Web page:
Productive Capacity and Economic Growth in Ethiopia

CDP Background Paper No. 34 

By Admasu Shiferaw

This paper examines the process of building productive capacity in Ethiopia over the past two decades and the roles played by the state, government, the private sector, foreign firms and development partners. Productive capacity is defined broadly as the natural resource potential, accumulation of human capital and the institutions that facilitate inclusive and sustainable economic growth. This process also encompasses the nurturing modern entrepreneurial skills in the private sector and fostering innovation.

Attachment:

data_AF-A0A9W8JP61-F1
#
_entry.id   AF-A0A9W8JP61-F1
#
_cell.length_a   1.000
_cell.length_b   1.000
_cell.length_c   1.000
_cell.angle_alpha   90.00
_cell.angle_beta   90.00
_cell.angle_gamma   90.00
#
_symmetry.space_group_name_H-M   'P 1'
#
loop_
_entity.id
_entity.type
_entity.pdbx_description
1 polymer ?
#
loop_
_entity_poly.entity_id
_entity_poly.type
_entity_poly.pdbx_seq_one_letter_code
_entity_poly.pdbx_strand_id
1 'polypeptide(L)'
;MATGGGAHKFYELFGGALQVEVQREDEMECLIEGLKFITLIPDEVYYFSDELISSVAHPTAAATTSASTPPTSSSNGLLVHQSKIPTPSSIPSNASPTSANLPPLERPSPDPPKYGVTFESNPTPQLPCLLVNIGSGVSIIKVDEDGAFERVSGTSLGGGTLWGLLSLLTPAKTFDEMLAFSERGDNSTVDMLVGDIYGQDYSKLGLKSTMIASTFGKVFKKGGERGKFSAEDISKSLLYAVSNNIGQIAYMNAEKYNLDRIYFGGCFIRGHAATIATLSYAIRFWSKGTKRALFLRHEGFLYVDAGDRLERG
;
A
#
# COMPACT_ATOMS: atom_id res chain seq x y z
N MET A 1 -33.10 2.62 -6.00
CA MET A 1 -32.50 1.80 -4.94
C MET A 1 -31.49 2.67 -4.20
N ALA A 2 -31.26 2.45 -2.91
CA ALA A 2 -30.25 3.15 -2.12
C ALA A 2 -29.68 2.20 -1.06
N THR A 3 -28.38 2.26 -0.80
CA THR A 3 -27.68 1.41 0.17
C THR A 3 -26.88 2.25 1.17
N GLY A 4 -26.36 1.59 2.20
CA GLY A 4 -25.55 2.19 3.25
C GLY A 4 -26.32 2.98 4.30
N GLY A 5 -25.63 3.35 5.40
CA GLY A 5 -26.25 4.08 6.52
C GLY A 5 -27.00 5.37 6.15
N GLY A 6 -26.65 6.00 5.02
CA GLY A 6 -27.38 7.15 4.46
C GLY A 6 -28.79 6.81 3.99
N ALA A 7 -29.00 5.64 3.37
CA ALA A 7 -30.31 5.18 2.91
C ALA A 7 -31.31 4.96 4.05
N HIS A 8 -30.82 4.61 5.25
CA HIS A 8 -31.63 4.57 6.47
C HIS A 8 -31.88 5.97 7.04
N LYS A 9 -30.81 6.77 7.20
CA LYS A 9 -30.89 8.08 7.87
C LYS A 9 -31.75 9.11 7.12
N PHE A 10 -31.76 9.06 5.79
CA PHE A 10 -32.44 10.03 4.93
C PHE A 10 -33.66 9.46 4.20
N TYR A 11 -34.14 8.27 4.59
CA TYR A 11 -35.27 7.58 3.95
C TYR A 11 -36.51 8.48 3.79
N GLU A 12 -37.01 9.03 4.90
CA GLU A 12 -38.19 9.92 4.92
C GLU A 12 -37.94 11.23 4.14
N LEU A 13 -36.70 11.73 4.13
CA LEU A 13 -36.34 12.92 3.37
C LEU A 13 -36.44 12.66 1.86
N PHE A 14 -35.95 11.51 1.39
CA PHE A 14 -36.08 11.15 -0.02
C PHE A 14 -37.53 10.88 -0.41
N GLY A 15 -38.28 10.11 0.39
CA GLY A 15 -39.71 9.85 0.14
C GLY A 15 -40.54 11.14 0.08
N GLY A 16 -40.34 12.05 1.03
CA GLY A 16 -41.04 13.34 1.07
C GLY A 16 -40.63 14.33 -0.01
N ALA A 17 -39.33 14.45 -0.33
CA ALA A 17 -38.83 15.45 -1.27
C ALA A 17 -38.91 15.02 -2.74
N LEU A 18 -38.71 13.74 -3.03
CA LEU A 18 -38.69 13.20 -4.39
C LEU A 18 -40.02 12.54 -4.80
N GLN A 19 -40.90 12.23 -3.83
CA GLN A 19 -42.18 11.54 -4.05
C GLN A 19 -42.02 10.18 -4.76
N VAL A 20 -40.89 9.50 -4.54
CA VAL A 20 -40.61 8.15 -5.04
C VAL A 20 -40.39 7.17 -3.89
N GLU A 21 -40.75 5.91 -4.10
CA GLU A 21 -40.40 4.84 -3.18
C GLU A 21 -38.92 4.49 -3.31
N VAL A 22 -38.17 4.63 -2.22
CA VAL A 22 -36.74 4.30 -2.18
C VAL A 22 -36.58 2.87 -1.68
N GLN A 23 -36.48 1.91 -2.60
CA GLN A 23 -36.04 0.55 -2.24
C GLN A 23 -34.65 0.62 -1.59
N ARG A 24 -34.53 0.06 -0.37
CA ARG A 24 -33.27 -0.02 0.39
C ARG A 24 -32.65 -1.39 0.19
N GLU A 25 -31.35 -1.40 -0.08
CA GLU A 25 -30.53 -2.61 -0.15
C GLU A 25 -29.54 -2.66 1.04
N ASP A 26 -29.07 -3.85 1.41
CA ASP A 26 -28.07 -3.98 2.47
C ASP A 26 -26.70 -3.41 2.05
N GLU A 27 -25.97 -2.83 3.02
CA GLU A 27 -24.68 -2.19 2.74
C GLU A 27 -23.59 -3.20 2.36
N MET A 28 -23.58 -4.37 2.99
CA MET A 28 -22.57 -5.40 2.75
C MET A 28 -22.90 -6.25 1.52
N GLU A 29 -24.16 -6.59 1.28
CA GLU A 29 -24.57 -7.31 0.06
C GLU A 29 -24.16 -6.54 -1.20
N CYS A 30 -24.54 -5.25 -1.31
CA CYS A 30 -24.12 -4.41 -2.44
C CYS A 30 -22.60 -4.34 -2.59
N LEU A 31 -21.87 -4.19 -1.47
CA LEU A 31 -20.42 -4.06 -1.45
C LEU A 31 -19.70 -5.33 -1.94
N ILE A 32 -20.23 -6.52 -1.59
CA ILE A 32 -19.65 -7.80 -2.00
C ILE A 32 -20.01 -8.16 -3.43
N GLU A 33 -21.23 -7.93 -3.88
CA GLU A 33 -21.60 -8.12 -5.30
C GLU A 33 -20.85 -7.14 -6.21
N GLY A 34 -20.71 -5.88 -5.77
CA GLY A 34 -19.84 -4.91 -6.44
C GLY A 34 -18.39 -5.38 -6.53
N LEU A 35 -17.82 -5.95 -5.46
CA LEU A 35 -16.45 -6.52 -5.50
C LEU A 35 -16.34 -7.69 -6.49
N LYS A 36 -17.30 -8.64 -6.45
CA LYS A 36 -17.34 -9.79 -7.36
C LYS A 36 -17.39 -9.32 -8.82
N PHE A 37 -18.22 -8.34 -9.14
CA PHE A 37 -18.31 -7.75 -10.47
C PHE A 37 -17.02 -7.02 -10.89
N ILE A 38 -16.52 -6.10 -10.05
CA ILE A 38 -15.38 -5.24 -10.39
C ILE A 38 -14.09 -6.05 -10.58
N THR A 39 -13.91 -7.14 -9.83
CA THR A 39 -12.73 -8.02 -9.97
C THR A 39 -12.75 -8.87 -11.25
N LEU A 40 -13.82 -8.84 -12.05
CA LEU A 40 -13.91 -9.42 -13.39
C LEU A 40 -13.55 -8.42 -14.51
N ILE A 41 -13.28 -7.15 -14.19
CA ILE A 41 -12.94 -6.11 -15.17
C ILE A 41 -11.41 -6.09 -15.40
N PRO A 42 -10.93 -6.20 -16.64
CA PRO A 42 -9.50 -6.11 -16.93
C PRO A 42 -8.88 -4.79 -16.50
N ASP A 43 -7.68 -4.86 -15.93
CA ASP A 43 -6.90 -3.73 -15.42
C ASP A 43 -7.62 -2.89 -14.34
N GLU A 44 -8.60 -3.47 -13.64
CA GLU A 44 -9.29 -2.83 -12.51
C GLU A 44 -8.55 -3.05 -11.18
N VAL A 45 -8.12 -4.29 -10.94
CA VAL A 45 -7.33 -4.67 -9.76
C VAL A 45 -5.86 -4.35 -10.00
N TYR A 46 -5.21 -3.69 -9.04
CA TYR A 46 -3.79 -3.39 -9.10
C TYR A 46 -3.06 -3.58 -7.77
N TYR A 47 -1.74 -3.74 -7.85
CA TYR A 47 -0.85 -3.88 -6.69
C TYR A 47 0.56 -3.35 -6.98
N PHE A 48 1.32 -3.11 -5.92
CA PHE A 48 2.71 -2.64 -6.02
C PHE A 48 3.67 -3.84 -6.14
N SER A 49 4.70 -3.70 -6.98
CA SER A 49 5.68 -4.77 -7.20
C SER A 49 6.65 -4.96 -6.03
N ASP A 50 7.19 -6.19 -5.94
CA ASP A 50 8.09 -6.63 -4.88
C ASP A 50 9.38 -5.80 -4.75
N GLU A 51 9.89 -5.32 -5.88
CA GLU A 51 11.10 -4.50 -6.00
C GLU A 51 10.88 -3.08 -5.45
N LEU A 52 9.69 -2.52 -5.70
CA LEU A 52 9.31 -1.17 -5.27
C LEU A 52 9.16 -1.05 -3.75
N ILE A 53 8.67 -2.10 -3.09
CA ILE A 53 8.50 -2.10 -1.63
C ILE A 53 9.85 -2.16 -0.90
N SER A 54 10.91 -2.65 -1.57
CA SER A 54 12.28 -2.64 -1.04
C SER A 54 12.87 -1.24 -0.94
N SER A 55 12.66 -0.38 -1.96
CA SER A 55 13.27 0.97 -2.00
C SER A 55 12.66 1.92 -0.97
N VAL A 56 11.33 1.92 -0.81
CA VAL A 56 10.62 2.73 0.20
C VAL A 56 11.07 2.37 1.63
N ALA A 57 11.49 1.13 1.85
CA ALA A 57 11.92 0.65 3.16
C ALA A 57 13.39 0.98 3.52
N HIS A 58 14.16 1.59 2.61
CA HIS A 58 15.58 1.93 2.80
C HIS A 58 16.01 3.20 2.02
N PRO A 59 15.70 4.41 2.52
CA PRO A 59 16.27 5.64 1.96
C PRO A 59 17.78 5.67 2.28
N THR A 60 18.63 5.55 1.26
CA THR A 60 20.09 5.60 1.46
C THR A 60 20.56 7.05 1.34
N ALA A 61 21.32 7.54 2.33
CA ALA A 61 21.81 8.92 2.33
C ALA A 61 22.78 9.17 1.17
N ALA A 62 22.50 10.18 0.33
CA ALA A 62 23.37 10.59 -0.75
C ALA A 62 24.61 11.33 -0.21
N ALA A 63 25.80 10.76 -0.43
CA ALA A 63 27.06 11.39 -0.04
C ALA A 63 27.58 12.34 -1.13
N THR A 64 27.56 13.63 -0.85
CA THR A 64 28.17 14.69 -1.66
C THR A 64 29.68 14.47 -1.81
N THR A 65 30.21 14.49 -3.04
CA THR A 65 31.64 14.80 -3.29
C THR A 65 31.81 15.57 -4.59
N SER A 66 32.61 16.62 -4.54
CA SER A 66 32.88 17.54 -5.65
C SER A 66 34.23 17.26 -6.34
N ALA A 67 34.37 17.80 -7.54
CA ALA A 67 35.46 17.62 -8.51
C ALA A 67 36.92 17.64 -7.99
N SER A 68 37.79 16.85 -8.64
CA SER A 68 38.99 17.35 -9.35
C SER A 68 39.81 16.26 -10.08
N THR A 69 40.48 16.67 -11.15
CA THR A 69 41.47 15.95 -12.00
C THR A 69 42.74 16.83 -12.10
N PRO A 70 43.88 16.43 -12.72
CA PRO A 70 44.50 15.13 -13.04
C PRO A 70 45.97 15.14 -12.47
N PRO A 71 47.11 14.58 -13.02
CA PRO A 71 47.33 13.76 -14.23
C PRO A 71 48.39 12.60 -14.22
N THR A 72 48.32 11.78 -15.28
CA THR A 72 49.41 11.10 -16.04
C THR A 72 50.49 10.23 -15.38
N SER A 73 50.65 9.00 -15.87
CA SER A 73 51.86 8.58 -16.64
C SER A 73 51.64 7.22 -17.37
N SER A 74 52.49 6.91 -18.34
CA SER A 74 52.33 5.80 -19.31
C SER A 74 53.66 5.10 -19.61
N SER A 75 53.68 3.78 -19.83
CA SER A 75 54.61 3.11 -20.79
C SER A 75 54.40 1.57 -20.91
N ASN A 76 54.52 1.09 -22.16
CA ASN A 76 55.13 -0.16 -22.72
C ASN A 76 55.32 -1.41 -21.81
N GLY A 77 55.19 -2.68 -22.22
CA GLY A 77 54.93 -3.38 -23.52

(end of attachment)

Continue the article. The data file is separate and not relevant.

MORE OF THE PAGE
The paper starts with an overview of Ethiopia’s economic growth and the change in the domestic economic structure. The manufacturing sector is seen as the success of Ethiopia’s Growth, and its development to a large extent the product of an activist developmental state. The paper then examines growth and diversification of exports and the country’s recent efforts to effectively exploit its natural resources. An analysis of public and private investment and the underlying allocation of financial resources finds that a recent upturn in domestic investment has been financed largely by foreign aid, and that private financing remains too low. Finally, the paper addresses educational attainment, arguing that Ethiopia has some distance to go in its attempts to close the large human capital gap relative to other low-income countries.

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